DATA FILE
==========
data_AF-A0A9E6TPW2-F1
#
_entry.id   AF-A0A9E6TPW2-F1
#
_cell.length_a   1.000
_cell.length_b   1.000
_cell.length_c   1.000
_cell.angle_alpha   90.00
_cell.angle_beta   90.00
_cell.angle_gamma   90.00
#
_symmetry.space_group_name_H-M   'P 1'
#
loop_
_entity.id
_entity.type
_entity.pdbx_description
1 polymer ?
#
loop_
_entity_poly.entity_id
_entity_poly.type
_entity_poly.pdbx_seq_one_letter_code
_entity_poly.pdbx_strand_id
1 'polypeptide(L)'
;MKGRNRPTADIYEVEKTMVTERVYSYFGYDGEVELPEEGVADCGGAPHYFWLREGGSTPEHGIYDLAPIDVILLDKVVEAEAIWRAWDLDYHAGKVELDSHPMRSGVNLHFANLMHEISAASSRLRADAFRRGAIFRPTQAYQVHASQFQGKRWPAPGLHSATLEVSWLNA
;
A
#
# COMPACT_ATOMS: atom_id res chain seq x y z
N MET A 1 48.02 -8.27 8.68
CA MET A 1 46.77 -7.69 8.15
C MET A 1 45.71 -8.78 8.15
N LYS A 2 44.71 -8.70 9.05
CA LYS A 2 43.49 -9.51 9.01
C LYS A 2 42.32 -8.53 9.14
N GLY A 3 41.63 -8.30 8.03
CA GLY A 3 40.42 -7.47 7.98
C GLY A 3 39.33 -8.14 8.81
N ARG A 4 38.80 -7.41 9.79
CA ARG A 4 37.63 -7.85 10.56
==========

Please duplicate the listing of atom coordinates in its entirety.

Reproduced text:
data_AF-A0A9E6TPW2-F1
#
_entry.id   AF-A0A9E6TPW2-F1
#
_cell.length_a   1.000
_cell.length_b   1.000
_cell.length_c   1.000
_cell.angle_alpha   90.00
_cell.angle_beta   90.00
_cell.angle_gamma   90.00
#
_symmetry.space_group_name_H-M   'P 1'
#
loop_
_entity.id
_entity.type
_entity.pdbx_description
1 polymer ?
#
loop_
_entity_poly.entity_id
_entity_poly.type
_entity_poly.pdbx_seq_one_letter_code
_entity_poly.pdbx_strand_id
1 'polypeptide(L)'
;MKGRNRPTADIYEVEKTMVTERVYSYFGYDGEVELPEEGVADCGGAPHYFWLREGGSTPEHGIYDLAPIDVILLDKVVEAEAIWRAWDLDYHAGKVELDSHPMRSGVNLHFANLMHEISAASSRLRADAFRRGAIFRPTQAYQVHASQFQGKRWPAPGLHSATLEVSWLNA
;
A
#
# COMPACT_ATOMS: atom_id res chain seq x y z
N MET A 1 48.02 -8.27 8.68
CA MET A 1 46.77 -7.69 8.15
C MET A 1 45.71 -8.78 8.15
N LYS A 2 44.71 -8.70 9.05
CA LYS A 2 43.49 -9.51 9.01
C LYS A 2 42.32 -8.53 9.14
N GLY A 3 41.63 -8.30 8.03
CA GLY A 3 40.42 -7.47 7.98
C GLY A 3 39.33 -8.14 8.81
N ARG A 4 38.80 -7.41 9.79
CA ARG A 4 37.63 -7.85 10.56